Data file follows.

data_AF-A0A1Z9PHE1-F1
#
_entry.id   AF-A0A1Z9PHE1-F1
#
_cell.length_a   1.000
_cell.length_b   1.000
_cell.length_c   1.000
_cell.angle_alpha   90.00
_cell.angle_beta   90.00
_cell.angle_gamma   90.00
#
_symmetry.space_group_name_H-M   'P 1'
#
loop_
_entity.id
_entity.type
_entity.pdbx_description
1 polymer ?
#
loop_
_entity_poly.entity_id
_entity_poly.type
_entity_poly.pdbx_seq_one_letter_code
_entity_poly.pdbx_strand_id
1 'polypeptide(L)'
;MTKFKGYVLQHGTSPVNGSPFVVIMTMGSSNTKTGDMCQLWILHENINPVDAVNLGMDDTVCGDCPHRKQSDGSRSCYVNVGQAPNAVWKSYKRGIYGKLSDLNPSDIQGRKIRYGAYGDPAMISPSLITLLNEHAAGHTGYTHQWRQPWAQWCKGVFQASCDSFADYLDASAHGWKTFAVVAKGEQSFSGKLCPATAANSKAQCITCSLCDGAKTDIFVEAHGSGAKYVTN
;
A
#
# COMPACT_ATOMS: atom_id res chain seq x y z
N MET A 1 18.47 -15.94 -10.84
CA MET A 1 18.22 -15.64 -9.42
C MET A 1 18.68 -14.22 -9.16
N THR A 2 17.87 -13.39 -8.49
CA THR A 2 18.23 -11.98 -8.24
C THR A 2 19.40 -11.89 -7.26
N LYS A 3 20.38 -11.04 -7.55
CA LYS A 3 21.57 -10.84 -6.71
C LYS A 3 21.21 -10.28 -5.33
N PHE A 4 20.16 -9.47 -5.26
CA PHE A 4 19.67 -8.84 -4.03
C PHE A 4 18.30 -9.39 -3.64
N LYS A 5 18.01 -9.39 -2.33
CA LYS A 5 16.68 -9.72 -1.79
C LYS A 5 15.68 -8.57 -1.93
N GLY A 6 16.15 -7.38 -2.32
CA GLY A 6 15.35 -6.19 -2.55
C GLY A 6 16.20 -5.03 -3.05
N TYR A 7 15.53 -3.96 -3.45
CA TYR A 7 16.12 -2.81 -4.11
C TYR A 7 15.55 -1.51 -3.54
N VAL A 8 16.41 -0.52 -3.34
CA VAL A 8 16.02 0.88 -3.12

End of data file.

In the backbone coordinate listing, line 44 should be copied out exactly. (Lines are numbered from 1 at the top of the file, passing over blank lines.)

CA LYS A 5 16.68 -9.72 -1.79